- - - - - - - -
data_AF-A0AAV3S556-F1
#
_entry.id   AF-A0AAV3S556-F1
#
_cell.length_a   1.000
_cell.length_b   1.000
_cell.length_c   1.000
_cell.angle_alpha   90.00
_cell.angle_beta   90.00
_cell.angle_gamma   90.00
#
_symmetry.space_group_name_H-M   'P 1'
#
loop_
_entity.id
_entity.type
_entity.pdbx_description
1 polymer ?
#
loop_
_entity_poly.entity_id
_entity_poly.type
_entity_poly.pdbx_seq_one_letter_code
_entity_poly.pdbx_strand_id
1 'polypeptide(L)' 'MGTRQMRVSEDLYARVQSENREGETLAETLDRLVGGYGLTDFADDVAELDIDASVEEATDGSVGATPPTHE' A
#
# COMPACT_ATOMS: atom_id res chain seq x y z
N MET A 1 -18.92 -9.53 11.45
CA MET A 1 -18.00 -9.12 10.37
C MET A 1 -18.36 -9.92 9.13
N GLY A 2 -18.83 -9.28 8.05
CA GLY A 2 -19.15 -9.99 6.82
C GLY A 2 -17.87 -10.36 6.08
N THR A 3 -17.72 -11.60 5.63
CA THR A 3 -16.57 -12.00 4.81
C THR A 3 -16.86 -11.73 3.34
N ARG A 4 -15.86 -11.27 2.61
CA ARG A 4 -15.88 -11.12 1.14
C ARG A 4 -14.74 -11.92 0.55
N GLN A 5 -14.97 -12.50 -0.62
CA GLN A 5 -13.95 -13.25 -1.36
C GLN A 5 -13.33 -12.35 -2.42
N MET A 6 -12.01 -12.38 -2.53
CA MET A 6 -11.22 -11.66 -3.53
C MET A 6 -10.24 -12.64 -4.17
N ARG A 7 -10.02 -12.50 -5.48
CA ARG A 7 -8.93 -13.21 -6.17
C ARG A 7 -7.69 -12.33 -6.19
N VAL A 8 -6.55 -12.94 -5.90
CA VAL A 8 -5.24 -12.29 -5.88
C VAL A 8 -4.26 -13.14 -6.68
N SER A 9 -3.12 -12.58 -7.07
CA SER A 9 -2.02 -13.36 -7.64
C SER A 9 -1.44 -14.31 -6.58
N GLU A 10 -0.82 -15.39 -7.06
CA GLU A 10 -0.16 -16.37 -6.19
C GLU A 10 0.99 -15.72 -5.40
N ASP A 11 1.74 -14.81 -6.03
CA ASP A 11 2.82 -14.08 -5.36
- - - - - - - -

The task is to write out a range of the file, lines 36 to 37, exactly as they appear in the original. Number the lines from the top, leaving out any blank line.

C THR A 3 -16.86 -11.73 3.34
N ARG A 4 -15.86 -11.27 2.61